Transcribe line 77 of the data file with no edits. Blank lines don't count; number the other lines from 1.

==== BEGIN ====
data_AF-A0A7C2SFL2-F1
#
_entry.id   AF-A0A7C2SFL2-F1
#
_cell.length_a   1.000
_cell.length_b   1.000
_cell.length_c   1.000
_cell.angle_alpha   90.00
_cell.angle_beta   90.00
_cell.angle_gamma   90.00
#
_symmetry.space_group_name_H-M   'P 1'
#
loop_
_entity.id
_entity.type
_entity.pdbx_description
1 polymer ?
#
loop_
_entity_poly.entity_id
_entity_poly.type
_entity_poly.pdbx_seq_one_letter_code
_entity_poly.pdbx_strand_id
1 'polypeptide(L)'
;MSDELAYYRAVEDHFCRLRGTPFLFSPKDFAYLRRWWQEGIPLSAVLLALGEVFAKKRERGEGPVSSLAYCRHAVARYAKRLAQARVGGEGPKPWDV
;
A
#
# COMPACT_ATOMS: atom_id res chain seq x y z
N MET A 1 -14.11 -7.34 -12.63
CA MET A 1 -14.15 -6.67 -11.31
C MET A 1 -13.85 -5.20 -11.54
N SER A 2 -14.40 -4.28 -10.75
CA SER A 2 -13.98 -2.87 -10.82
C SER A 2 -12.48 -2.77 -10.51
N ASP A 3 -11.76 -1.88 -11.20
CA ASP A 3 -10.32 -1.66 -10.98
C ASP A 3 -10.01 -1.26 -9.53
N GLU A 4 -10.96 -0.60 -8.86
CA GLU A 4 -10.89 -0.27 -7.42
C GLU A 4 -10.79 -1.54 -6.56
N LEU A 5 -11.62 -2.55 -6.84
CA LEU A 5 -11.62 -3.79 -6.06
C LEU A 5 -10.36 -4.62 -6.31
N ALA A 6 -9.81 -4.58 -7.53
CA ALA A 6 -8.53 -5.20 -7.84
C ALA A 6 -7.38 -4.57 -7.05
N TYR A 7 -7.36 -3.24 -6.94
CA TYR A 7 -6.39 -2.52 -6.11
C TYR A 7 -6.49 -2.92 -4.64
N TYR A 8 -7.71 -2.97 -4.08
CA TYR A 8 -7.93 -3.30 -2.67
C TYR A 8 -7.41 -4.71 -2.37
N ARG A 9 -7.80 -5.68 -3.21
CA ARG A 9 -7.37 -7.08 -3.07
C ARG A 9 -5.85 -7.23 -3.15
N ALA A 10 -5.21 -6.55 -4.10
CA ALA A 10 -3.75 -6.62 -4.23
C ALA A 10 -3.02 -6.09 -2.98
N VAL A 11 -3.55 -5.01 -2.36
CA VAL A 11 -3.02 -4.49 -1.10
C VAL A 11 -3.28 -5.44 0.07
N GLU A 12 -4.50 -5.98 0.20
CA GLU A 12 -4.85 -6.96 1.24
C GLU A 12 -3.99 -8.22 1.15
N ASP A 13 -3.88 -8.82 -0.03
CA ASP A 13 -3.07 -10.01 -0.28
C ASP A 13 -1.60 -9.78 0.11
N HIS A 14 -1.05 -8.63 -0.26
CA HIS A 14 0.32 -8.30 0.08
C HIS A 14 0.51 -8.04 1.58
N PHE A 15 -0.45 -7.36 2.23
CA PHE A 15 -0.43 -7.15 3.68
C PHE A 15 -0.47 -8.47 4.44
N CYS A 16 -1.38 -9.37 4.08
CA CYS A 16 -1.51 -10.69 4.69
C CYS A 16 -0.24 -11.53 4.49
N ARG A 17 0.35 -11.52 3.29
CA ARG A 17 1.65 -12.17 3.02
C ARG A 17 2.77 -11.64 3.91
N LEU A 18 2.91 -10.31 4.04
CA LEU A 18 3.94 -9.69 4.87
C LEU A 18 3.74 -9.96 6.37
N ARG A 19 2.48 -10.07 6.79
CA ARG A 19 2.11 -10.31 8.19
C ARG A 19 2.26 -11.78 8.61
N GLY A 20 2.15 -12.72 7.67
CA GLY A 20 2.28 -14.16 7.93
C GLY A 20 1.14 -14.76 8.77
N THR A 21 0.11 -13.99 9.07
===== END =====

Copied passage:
CA CYS A 16 -1.51 -10.69 4.69